In contrast to her Imperial-era references, Liu revisits Socialist Realist themes from the Communist Party’s control of the arts and culture of China. Like the former Soviet Union, the Chinese government embraced Socialist Realism as a new art form representative of its revolutionary socio-economic system. In S-wan Quan Lake, Red Detachment of Women (1995), Liu paints two militaristic dancers with red collars and arm bands leaping across the image while one aims a rifle and the other clenches a baton over her head in a gesture derived from The Red Detachment of Women (1964), a celebrated ballet that depicts the liberation of a peasant girl and her rise in the Communist Party. The National Ballet of China was at first strongly influenced by the Soviet Union, to the point of staging the Bolshoi Ballet’s revered Swan Lake for its first production. In Liu’s title she combines Swan Lake and Quan Lake (the location of The Red Detachment of Women) to acknowledge the cultural exchange between the two nations. Moreover, Liu suggests narrative similarities, such as transformation, between the two ballets. Also representative of Socialist Realist ideals is Liu’s Happy and Gay series (2012). While stylistically divergent from her other work, this series addresses Communist party control on culture by mirroring the simplified style and imagery of the children’s primer books of her youth. In addition to teaching children to read, the books illustrate model behavior, like mothers and fathers happily going to work in the fields and factories. Liu refrains from critiquing the inaccuracy of these depictions, where in reality farm and factory workers were sometimes forced into grueling labor, particularly in the “re-education” camps of the Cultural Revolution. Liu’s use of Socialist Realist themes presents the tension between reconciling the abuses of state propaganda and her personal experiences with these same cultural icons.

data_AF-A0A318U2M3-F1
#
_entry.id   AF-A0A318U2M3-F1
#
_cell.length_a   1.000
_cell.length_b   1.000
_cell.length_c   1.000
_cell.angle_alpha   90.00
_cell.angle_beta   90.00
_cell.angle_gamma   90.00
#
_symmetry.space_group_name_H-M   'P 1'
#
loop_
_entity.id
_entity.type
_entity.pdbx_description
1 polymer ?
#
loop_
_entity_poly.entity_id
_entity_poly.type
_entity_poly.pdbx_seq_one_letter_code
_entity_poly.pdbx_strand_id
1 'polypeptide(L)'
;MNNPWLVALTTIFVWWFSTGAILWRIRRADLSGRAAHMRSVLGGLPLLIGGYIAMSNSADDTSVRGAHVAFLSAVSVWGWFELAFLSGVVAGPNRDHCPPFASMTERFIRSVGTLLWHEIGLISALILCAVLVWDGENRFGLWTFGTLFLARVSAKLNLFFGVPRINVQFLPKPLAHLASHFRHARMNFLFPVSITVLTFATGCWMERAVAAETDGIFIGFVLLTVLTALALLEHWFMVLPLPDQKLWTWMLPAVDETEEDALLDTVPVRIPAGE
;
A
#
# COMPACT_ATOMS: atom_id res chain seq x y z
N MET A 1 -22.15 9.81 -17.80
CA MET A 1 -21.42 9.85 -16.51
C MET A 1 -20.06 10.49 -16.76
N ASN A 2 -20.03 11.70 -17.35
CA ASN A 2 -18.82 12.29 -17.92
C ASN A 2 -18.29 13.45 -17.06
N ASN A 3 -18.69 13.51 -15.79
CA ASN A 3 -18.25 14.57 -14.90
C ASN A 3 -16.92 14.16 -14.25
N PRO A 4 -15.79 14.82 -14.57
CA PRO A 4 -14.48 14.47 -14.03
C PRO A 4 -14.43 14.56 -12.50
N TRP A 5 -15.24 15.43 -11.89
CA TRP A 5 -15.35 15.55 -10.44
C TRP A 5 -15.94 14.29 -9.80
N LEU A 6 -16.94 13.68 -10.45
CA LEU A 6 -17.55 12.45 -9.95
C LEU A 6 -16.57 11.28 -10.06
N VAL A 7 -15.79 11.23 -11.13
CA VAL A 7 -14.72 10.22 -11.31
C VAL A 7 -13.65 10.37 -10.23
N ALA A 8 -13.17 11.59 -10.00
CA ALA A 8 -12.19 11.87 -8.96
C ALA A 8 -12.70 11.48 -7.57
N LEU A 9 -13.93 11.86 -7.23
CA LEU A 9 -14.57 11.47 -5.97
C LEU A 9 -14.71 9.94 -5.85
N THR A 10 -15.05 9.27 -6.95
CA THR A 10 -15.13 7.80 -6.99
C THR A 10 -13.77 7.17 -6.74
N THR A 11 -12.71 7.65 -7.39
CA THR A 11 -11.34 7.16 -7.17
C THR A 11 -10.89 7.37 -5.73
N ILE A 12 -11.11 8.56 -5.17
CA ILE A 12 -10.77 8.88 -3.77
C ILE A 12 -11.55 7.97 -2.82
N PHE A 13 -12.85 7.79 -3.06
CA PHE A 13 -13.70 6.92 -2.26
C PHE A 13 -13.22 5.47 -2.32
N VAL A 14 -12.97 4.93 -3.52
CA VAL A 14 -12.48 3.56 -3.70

In addition to presenting Liu’s range of imagery, the OMCA show chronicles her development of thick painterly brush strokes and drippy glazes. In earlier pieces like Family (1990), Liu paints the figures with loose yet elegant brushwork, while aqueous washes dissolve or suggest the background. In later works like Dirge (2002), Liu diminishes focus on the foreground by treating figure and ground equally with washes and bold brushstrokes. In Dirge, Liu paints an Imperial-era musician with solidly defined black outlines and bold colors whose back disappears to reveal a field of painterly gesture. Rendered with more concern for pictorial depth, shirtless males engage in manual labor. Fusing two distinct images and styles, the drips running through the layers break down the figure-ground relationship. Liu’s thickly gestured brushstrokes assertively declare her hand in the process of making, while through her glazes she surrenders to a serendipitous process of unmaking. In relation to her imagery, her brushwork alludes to a desire to make the past tangible and present, while the drips suggest the obfuscation and intangibility of memory.